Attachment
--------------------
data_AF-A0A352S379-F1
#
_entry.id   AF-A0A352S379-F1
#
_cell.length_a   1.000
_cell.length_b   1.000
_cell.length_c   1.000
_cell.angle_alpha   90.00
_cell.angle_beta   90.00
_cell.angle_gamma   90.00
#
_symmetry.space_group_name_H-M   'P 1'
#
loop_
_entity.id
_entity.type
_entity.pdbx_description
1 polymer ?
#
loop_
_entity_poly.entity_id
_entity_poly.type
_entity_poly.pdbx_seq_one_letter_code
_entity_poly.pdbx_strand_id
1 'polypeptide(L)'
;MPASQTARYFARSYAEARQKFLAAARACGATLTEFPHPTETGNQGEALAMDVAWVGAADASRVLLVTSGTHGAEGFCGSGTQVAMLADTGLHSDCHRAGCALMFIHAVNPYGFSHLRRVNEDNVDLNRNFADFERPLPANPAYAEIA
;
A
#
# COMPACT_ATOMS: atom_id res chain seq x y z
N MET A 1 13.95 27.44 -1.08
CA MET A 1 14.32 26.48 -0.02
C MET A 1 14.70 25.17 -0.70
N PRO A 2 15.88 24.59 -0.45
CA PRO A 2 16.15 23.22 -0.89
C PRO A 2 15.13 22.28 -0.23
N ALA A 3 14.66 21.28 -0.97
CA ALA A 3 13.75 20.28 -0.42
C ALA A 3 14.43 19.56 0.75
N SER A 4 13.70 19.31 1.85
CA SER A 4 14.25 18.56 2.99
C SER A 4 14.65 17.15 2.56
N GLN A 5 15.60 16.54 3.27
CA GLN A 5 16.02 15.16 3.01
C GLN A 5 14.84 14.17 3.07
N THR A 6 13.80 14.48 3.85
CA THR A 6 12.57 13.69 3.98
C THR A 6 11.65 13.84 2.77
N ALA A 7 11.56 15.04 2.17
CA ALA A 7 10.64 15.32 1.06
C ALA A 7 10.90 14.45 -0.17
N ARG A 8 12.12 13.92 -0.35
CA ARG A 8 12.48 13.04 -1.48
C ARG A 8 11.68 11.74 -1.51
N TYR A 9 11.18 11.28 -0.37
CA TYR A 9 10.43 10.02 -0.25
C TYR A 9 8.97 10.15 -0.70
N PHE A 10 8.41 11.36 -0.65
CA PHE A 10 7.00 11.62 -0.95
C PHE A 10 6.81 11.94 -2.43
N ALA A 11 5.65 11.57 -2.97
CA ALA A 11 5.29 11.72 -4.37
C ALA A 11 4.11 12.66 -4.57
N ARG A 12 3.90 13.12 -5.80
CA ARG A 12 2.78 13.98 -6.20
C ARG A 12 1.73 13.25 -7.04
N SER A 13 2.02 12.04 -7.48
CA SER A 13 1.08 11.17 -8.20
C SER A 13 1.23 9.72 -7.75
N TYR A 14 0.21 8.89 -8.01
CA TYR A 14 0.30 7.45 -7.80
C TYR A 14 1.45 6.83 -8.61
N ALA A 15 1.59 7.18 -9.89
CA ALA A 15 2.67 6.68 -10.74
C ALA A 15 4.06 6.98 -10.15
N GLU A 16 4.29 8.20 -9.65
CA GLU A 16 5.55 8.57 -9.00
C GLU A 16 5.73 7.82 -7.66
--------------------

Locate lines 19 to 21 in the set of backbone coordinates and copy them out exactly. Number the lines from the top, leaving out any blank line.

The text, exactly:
#
loop_
_entity_poly.entity_id